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  1. #1
    Join Date
    Jul 2009
    Location
    Salem, VA
    Posts
    17

    Default Probe to test for treated lumber in bottom plate

    I have been retained as a consultant by a homeowner who had her basement finished last year. She had concerns about the work and called me to look at it. She took a lot of pictures during construction and between the pictures and looking at the finished product, there are four issues.
    1) There is no heat upstairs or downstairs in the front right corner of the house.
    2) A steel column was removed and there is no evidence that the girder was beefed up to compensate
    3) The dryer vent and the bathroom exhaust fan are hooked into the same line so that when the dryer runs, the bathroom mirror fogs up
    4) There are serious doubts about whether the bottom plates are treated lumber. In the unfinished utility room, some of the plates are treated and some are not.

    I am going back next week to do some exploration. I am going to open up the ceiling to determine whether the girder is structurally sound without the column and what happened to the duct to stop the air flow. Know a new vent needs to be run for the dryer and/or exhaust fan. What I don't know is how to tell whether the bottom plate is treated without tearing out the bottom of all the walls which I obviously don't want to do. I was wondering whether there is any way to drill a small hole through the baseboard in several locations and having the sawdust analyzed. Any suggestions would be appreciated.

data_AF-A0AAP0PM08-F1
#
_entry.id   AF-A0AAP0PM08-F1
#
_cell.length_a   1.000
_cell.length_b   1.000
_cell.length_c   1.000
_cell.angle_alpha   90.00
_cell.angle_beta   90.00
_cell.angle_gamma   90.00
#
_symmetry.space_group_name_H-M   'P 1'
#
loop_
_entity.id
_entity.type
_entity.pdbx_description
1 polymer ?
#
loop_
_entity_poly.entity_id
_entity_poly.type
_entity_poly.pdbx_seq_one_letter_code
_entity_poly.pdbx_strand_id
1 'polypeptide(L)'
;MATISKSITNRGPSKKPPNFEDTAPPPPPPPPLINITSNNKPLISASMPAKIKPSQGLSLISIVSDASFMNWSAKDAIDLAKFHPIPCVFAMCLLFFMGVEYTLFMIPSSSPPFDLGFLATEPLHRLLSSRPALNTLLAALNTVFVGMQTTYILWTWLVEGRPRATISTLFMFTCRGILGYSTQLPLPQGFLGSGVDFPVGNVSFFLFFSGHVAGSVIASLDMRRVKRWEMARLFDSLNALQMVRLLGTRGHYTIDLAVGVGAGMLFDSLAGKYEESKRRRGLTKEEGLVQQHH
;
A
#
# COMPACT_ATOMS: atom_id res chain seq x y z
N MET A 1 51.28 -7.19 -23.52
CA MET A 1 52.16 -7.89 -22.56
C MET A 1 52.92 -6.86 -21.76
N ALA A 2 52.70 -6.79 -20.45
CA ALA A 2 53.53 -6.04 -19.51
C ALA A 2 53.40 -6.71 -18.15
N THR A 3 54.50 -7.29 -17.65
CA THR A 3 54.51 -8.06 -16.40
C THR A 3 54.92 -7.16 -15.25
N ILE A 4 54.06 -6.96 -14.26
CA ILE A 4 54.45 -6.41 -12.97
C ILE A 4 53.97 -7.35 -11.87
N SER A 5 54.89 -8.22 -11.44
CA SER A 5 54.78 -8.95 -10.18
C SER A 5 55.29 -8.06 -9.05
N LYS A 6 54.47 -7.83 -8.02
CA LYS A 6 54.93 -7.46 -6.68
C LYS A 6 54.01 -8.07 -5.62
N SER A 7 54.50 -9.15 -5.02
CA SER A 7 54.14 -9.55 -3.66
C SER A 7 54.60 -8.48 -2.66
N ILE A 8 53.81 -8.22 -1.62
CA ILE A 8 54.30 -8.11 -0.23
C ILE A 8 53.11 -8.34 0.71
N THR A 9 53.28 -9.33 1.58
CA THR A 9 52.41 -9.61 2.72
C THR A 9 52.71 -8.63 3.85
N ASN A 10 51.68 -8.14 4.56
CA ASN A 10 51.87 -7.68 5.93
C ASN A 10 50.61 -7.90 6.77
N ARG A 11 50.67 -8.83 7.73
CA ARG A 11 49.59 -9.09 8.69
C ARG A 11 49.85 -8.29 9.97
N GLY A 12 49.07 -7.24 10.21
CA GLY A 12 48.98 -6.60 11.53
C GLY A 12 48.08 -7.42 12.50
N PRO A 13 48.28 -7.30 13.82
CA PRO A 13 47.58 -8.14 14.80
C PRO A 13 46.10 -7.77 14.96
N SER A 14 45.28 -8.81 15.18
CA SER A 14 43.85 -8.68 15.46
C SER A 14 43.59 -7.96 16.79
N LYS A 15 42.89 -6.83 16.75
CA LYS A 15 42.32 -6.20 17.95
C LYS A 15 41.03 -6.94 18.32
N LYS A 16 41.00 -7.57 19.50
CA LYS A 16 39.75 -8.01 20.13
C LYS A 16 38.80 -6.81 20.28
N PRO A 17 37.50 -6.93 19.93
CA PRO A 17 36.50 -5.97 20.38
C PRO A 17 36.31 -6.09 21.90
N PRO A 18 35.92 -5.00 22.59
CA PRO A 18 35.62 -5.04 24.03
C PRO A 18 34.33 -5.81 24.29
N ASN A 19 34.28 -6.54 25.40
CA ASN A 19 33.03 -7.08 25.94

2. #2
    Join Date
    Dec 2005
    Location
    Michigan
    Posts
    7,491

    Default Re: Probe to test for treated lumber in bottom plate

    Quote Originally Posted by solidrock1 View Post
    I am going to open up the ceiling to determine whether the girder is structurally sound without the column
    I'm curious how you're going to "determine" that.

  3. #3
    Join Date
    Nov 2005
    Location
    VA
    Posts
    1,434

    Default Re: Probe to test for treated lumber in bottom plate

    I would assume he knows the span and needs to see what the girder is made of and its size?

  4. #4
    Join Date
    Jan 2006
    Location
    upstate NY
    Posts
    1,743

    Default Re: Probe to test for treated lumber in bottom plate

    Is there a code that requires treated bottom plates?

  5. #5
    Join Date
    Oct 2006
    Location
    Greensboro, NC
    Posts
    1,546

    Default Re: Probe to test for treated lumber in bottom plate

    Obviously no permit ?
    Steve

    "Get three coffins ready" - A Fistful of Dollars 1964

    http://youtu.be/KZ_7br_3y54

  6. #6
    Join Date
    Dec 2005
    Location
    Michigan
    Posts
    7,491

    Default Re: Probe to test for treated lumber in bottom plate

    Quote Originally Posted by johnny watt View Post
    Is there a code that requires treated bottom plates?
    Yes there is.

  7. #7
    Join Date
    Jan 2006
    Location
    upstate NY
    Posts
    1,743

    Default Re: Probe to test for treated lumber in bottom plate

    Quote Originally Posted by dgbldr View Post
    Yes there is.
    I stand corrected...sort of.
    I was under the impression there were alternative prescriptions to meet that code.

  8. #8
    Join Date
    Jul 2006